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Monitor Volume
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Whiskey Alibi
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Joined: 09/06/2014 18:40:19
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I have a recurrent problem and I'm sure it's at least partially operator error, but I still need to figure out a way to eliminate this issue: inevitably, whenever I'm doing sound for someone (my own band or someone else's) we start off at soundcheck with everyone happy with their monitor and within a song or two, "something" has happened, no one is happy, and yesterday, 2 people claimed they didn't actually have a monitor for the duration. (They didn't take a break so I couldn't fix it then).

In addition, if I try to boost their volume I start getting feedback all over the place, so I'm stuck with monitors that simply aren't loud enough and mics (mostly) that I can't boost any more without feedback.

Here's what "I" think is wrong:

a) when I ask "how's your monitor" they don't factor in that we're doing soundcheck in a quiet room with no crowd and no one else playing. Hearing "something" out of it isn't the equivalent of "it's at a proper volume". That has less to do with equipment and more to do with human error (mine and their's).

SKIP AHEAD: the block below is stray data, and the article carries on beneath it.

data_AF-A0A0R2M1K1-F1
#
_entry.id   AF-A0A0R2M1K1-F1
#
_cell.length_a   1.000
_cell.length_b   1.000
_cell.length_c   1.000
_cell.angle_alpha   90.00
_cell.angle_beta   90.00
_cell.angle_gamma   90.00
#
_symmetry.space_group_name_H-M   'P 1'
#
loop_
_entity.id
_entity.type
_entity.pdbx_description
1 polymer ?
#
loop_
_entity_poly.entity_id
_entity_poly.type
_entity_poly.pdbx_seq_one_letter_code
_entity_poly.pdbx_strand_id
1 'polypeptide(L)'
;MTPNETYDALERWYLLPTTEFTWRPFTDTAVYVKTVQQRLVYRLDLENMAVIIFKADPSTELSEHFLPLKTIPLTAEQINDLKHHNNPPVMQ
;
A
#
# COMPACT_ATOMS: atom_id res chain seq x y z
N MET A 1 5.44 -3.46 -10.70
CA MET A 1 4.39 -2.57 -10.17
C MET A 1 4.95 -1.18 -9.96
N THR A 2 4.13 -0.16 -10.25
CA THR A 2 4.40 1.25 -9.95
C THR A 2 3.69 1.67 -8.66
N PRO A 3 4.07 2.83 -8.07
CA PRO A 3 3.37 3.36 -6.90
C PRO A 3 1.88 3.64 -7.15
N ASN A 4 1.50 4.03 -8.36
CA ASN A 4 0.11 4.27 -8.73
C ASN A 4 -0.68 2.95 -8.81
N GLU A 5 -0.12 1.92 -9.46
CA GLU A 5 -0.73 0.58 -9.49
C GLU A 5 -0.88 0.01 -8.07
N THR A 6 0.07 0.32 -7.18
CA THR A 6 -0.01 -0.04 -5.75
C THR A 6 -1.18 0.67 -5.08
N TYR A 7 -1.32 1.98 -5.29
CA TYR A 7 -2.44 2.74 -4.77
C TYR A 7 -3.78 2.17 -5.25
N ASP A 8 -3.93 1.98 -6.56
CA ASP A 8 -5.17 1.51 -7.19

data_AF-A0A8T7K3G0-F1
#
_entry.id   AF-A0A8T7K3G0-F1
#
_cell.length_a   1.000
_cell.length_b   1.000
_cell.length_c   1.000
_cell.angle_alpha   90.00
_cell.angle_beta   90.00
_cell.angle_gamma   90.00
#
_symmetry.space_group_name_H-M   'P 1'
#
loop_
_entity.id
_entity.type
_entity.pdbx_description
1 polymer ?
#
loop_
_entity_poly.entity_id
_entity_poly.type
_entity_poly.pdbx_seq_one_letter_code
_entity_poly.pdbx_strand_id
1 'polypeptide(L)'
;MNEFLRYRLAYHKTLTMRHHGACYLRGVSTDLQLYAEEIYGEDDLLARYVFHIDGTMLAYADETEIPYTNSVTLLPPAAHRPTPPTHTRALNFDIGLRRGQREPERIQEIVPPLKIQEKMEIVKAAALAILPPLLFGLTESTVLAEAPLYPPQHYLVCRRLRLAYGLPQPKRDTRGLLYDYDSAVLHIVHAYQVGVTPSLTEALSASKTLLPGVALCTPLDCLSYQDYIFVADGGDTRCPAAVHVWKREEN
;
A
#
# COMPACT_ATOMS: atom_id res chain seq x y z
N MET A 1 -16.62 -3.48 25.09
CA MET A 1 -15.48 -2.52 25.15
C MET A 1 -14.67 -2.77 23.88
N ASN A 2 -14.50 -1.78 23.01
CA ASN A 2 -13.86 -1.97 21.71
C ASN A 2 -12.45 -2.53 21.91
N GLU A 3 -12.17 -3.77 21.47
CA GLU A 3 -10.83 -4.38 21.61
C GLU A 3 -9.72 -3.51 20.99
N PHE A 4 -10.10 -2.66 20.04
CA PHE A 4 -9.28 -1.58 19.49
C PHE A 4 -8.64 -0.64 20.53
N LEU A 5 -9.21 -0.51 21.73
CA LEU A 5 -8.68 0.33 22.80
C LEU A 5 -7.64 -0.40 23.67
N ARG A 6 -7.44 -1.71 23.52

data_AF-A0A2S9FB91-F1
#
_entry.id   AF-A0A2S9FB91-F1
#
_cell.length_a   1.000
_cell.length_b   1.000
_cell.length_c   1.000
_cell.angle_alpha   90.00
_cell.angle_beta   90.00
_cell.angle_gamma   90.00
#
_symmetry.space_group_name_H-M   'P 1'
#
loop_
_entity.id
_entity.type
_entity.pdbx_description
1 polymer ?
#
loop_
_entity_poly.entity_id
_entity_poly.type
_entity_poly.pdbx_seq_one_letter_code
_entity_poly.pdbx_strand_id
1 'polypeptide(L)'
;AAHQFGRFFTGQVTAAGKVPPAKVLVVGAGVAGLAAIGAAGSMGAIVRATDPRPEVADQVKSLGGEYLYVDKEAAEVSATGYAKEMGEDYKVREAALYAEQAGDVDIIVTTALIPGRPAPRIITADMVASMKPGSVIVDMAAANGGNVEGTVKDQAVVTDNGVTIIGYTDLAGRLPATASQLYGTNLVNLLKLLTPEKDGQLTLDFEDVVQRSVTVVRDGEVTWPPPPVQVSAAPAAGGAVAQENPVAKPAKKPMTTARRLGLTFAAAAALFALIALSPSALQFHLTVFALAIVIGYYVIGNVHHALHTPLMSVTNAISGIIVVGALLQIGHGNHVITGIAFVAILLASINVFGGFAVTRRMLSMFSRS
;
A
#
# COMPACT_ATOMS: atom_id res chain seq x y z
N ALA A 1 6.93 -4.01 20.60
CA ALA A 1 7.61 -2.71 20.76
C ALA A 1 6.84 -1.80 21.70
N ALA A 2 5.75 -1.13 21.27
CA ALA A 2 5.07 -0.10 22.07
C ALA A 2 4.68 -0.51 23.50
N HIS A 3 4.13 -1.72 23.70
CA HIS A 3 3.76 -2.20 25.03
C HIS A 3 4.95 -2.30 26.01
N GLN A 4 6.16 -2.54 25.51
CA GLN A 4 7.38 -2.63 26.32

b) do most people crank up their monitor volume way more than they expect to need, for the simple reason that after they start playing, it's way easier to adjust down with one knob, than to have to start fiddling around with gain and everything else because it starts squealing when you start turning it up? Factor in about 30% or so more volume than you think will be necessary, in other words?

Thanks for the help in advance. I'm baffled.
mwright137
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Joined: 28/10/2011 17:57:00
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FIrst, are you recalling scenes at all? There's a setting in there to recall the Auxes and I've had times where I checked that setting and it recalled my Aux master volumne at 0, then as soon as I touched the knob it shot up to where the knob actually is. So I turned recall of Auxes off.

To answer your general question about "most people", it is in fact my experience that people are "timid" during soundcheck, but then kcik it up when the set starts due to adrenaline. Drummers play louder, so everyone else can no longer hear what they heard during monitor check.

If you know the band well enough, pick a song you know that they do and has the most "different" things going on in it. For example, with my band, we do one song in particular for sound check that starts with drum and bass, brings in vocals, harmony vocals, then keys, then guitars. If by the end of this song, everyone can still hear themselves, we're good. If not, we adjust and repeat - although maybe with a different song so as to not annoy the people in the bar.

Another problem I have with a few singers is when they sound check they whisper, but when they actually sing it's like thunder. Again, some people are a bit timid to sound check when all you're hearing is them. This is another case where I get to know what songs the singer has no choice but to belt out and get them to sing that for sound check.